Palmistry, also known as chiromancy, is a form of divination that seeks to foretell the future by studying the palm of the hand.  Cultures throughout the world have relied on palmistry, and there are many variations.

Ancient Hindus used palmistry, as did Gypsy fortune tellers.  The first book on palmistry it was written by Valmiki, a Hindu sage, over 5000 years ago. From India, palmistry spread across Asia and to Europe.  The practice arrived in China around 3000 B.C., and was later practiced in Greece by Anaxagoras and others.  Today, palmistry is often combined with other techniques of divination, holistic healing, and psychology.

The information in this article represents the generalities of modern palmistry.  However, there are various interpretations available.

In palmistry, the diviner studies both a person’s character and future by studying that person’s palm.  The lines and bumps of the hand are studied; some traditions also examine the fingers, nails, skin texture and color, and more. The reader begins with a person’s dominant hand, the one they use the most.  In some cultures, the opposite hand is thought to carry information on past lives, karma, and heredity.

Classical palmistry, the most common tradition, is based in Greek mythology. Each area of the hand relates to a different god or goddess in the Greek pantheon; therefore, the nature of each area is related to the preference of the gods.  As an example, Apollo is linked with the ring finger.  Since Apollo was interested in art, aesthetics, music, harmony, wealth, and fame, the ring finger is associated with these characteristics.

The shape of the hand is analyzed, along with other qualities.  The shape of the hands fits into one of four or five major types which roughly correspond to the four elements.  The shape of the hand indicates the character traits of that individual.  The shapes are as follows:

  • Earth hands have broad, square palms. The skin is coarse, with ruddy skin.  The length of the fingers is equal to the length of the palm (from the bottom of the fingers to the rest).
  • Air hands have square or rectangular palms. The fingers are long, sometimes with protruding knuckles.  The skin is often dry.  The length of the fingers is usually greater than the length of the palm.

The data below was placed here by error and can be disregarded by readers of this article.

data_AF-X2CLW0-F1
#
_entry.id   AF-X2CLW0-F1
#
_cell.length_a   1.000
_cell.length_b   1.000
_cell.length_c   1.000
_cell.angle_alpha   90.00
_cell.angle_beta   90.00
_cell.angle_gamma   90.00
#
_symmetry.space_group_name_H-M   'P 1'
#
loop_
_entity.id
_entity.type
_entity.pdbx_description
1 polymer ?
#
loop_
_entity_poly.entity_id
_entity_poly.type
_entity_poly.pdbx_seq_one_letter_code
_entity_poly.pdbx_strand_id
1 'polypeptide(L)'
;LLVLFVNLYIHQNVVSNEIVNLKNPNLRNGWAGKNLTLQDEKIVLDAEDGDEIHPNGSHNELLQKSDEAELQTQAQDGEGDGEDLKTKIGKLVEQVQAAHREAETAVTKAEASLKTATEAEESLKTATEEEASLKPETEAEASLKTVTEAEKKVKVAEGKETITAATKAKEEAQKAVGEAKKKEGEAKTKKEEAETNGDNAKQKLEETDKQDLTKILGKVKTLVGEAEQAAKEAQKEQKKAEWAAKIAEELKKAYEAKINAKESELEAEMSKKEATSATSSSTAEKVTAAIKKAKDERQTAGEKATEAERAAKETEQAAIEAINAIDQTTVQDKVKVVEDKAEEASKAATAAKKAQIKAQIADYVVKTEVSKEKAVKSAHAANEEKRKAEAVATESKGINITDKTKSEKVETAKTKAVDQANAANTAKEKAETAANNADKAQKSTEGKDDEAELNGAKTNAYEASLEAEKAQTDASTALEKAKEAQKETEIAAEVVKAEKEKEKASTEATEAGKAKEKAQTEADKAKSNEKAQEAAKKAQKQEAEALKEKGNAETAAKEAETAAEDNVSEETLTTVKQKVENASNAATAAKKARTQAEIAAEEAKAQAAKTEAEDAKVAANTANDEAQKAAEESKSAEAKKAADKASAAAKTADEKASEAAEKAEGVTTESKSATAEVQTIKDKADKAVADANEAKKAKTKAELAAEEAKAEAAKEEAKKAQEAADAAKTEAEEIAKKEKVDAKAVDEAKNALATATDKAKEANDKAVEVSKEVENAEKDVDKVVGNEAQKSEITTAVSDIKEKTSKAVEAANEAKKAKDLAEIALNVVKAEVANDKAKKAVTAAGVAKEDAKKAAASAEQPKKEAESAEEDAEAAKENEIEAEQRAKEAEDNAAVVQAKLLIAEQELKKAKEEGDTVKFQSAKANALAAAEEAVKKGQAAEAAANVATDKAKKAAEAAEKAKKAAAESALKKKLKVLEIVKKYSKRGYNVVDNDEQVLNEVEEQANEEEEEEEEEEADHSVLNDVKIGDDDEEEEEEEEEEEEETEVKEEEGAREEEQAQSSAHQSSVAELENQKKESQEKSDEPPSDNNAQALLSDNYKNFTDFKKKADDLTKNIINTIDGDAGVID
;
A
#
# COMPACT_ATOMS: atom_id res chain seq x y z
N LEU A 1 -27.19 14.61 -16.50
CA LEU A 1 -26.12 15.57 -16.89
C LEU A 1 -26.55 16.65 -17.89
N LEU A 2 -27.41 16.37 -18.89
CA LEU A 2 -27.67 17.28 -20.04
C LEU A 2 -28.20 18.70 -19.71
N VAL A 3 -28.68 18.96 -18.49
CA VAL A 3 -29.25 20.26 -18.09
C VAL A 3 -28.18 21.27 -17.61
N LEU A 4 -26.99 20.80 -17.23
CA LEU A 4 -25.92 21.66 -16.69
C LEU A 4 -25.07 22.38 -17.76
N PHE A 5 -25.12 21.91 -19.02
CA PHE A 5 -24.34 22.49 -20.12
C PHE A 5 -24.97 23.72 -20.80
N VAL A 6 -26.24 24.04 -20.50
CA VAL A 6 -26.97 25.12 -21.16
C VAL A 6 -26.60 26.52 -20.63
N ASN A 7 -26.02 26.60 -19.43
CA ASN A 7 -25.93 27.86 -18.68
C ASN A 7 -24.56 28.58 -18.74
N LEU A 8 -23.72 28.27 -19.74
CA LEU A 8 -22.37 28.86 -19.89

• Water hands have elongated oval palms. The fingers are long and flexible, and the length of the fingers usually equals that of the palm.
  • Fire hands have a square or rectangular palm with pink skin and short fingers. The palm is generally longer than the fingers.

Practitioners do not only study the shape of the hands.  The lines of the palm play a major role in determining a person’s character and future.  Some of the lines commonly studied include:

  1. The most controversial line is the life line.  It is believed to represent your physical health and general well-being.  Many practitioners believe that the lifeline reflects major life changes like physical injuries, relocations, and more.  Despite popular belief, palmists rarely link the length of a person’s life with the length of their life line.
  2. The head line is also an important area.  It can provide insights into your communication and learning styles.  It also indicates your desire for knowledge and intellectualism.  The head line can also provide information on your approach to a problem – whether you are creative or analytical.
  3. The heart line is often examined first. It represents your heart, both metaphorically and physically.  Not only can it indicate your cardiac health, it can also indicate emotional stability, romantic tendencies, stoicism, and even your susceptibility to depression.
  4. The Girdle of Venus relates to emotional intelligence.  The ability to manipulate others may be reflected here.
  5. The Sun line indicates fame … or infamy.
  6. The Mercury line is an indication of great skills in business or communication.  It may also indicate persistent health issues.

The fate line represents the path of your life.  This may include the choices made in your schooling and career, as well as your successes, failures, and obstacles.  In some schools, this line is thought to reflect your choices and the consequences; in other schools, the fate line represents circumstances beyond your control.

Some of the lines of the hand in Palmistry 1: Life line – 2: Head line – 3: Heart line – 4: Girdle of Venus – 5: Sun line – 6: Mercury line – 7: Fate line. Courtesy Wikipedia
Henry Bacour (1839–1912): The Fortune Teller, 123 x 92 cm (with the lady customer carrying a tennis/badminton(?) racket). Courtesy Wikipedia.